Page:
Can I change the tenancy terms after finding out tenants are not students and paying Council Tax?

Can I change the tenancy terms after finding out tenants are not students and paying Council Tax?

14:05 PM, 16th May 2017, About 5 years ago 32

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I own a 3 bed flat which I rent out to University students on a single 12 month AST (the tenancy agreement asks for each person’s student id and place of study). On this basis the agreement states that council tax (along with other utilities) is the ‘Landlord’s responsibility’ as the property will be exempt from council tax provided all 3 tenants are full time students for the duration of the tenancy agreement.

This has never caused a problem as each year the different tenants have been given the exemption by the council. However for this year (the tenancy agreement runs from 25th July ’16 – 24th July ’17) I was notified only half through the tenancy agreement that not all 3 tenants were students, in fact only one of them was a part time student, one other did not start their course at all and the final one graduated in December.

None of this was made clear to me as the landlord until well into their tenancy agreement. Therefore the property is no longer exempt from council tax and as it is classed as a HMO from the Local Authority this liability falls on me as the landlord.

Obviously with the property and tenancy agreement being aimed specifically at students I have not factored in the cost of council tax into their rent. I have therefore had to foot the cost of the council tax for the duration of their tenancy agreement whilst asking them to reimburse me this cost (and to no avail at present).

Bearing in mind that the wording of the tenancy agreement is not ideal (there is no mention of notifying the landlord of change of circumstances and no longer being students), is there any way I could pass this cost onto the tenants e.g. amending the contract in light of their change of the status to non-students and increasing the rent due or deducting an amount from their deposits?

It is also worth mentioning that they have now paid in full for the whole tenancy period (ending 24th July 2016).



Romain Garcin

10:33 AM, 21st May 2017, About 5 years ago

There is a difference between the property and the tenancy/tenants.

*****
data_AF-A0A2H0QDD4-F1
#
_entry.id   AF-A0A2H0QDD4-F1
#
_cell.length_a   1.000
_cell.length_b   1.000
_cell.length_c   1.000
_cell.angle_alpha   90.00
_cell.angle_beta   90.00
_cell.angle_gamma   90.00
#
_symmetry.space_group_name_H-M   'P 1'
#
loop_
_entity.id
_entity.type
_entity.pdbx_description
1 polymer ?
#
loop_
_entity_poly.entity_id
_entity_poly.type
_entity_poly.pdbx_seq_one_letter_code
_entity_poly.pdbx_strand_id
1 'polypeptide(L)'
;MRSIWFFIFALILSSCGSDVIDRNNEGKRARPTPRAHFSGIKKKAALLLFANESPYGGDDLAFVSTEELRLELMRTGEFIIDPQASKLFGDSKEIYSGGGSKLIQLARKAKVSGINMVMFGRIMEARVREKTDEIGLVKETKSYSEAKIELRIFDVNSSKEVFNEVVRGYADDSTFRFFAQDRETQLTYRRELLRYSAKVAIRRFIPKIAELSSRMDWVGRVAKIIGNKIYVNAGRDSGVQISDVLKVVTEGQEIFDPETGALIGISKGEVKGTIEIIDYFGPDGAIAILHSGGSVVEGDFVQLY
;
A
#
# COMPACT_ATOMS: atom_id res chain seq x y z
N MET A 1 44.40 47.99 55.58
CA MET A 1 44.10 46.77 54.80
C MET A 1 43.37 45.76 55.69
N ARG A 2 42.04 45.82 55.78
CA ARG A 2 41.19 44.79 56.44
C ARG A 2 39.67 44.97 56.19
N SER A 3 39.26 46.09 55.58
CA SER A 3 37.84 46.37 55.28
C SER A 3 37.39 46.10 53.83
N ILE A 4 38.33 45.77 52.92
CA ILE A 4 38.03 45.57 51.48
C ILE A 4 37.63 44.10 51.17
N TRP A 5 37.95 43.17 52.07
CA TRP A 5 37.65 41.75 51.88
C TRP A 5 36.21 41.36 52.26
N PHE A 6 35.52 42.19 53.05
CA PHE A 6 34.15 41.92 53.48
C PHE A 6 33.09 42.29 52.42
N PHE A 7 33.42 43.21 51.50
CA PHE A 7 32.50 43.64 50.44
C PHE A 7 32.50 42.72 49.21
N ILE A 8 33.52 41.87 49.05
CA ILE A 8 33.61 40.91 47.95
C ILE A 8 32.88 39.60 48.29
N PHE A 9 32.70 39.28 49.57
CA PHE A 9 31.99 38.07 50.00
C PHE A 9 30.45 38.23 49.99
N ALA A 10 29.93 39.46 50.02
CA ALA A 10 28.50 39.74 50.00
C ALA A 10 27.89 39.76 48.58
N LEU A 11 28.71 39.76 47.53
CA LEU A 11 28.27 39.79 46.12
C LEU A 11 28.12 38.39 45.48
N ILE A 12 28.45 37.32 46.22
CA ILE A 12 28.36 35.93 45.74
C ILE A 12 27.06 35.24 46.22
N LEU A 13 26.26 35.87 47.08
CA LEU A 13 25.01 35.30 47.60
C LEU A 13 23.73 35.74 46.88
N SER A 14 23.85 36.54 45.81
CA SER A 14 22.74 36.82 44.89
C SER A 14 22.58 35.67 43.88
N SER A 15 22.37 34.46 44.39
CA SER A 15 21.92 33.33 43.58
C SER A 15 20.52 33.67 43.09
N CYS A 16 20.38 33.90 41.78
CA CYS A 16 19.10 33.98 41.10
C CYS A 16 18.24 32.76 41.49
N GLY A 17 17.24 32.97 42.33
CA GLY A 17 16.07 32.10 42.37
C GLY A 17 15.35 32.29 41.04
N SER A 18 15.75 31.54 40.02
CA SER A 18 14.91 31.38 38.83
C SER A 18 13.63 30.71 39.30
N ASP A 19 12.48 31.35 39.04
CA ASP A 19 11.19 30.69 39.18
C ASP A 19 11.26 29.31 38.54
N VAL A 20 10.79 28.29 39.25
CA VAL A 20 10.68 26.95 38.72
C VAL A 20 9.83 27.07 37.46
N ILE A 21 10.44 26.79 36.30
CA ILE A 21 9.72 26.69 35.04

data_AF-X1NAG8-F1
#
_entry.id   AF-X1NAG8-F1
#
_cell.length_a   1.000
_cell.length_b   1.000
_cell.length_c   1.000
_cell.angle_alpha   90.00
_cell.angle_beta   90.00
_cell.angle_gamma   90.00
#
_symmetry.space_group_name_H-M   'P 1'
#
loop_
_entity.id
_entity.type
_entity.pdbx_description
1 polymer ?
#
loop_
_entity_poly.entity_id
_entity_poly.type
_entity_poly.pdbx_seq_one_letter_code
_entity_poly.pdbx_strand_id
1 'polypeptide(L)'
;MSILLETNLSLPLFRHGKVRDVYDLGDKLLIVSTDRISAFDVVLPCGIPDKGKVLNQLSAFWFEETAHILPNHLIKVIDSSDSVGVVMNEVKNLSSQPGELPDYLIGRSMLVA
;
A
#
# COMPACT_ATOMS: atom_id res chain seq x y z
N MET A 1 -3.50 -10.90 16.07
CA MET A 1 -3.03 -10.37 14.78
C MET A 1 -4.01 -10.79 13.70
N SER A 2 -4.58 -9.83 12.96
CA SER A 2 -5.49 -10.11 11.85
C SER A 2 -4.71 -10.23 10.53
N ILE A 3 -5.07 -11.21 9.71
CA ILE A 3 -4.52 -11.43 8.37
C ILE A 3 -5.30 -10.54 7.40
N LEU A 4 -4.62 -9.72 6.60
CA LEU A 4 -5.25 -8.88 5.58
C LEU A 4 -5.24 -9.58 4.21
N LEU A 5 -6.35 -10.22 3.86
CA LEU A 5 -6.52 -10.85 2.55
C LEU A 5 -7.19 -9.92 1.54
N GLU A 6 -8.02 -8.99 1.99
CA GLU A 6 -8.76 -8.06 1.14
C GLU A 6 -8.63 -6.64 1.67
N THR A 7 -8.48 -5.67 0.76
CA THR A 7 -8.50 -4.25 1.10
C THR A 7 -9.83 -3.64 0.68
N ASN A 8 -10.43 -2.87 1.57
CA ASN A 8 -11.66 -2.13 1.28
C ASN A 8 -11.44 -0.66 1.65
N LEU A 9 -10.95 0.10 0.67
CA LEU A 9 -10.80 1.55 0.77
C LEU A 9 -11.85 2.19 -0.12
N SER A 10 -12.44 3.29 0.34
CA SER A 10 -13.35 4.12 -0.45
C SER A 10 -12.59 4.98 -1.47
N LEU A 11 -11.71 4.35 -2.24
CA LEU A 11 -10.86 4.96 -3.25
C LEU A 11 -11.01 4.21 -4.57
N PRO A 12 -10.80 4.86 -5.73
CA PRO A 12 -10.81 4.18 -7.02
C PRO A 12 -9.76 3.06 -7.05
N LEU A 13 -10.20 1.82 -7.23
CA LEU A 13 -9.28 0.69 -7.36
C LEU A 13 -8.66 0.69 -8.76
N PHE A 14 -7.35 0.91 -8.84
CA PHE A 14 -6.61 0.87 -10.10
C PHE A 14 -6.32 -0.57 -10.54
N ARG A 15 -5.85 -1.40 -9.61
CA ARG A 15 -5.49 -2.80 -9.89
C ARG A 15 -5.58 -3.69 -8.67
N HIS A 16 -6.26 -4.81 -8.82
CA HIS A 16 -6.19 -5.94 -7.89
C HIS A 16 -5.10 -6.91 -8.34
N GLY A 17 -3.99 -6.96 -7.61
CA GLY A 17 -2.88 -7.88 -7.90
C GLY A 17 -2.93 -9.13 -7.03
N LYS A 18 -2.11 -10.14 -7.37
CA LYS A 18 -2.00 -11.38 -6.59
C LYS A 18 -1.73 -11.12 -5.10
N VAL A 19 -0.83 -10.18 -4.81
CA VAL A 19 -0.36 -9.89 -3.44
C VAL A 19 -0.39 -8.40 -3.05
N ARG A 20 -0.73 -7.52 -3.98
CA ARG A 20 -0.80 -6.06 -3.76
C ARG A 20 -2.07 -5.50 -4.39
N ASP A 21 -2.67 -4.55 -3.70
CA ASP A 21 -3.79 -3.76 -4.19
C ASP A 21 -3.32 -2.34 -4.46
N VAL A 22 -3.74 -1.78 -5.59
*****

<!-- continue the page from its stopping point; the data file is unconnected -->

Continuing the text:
Even if the property is let on a single tenancy to a single household the landlord may still be liable for council tax because the property itself "was originally constructed or subsequently adapted for occupation by persons who do not constitute a single household" (to quote the exact wording of the law as quoted by Craig).

So, as mentioned by Craig, if that is what the council is relying on then Josh has to show the council that the property does not in fact meet that condition.

Steve Hards

15:21 PM, 22nd May 2017, About 5 years ago

Hi Josh, did you really believe what you wrote in your first sentence of the post "the property will be exempt from council tax provided all 3 tenants are full time students"? If so, no wonder you got into a tangle with the wording of the tenancy agreement.

ALL properties are subject to council tax, but it's the students who, individually, have exemption from paying it for the duration of their courses. The day they finish, for whatever reason, they become liable to pay. In addition, if only one of several students ends their course, he or she becomes liable for the full amount due on the house, less any 'sole occupier' discount, while the others remain exempt. Of course they will be up in arms about suddenly having to pay unless you have made the situation clear to them from the begining.

It then gets more complicated if the tenants are not on a shared agreement and the landlord's responsibility for council tax room-by-room in an HMO kicks in, but that has been well covered by other commenters here.

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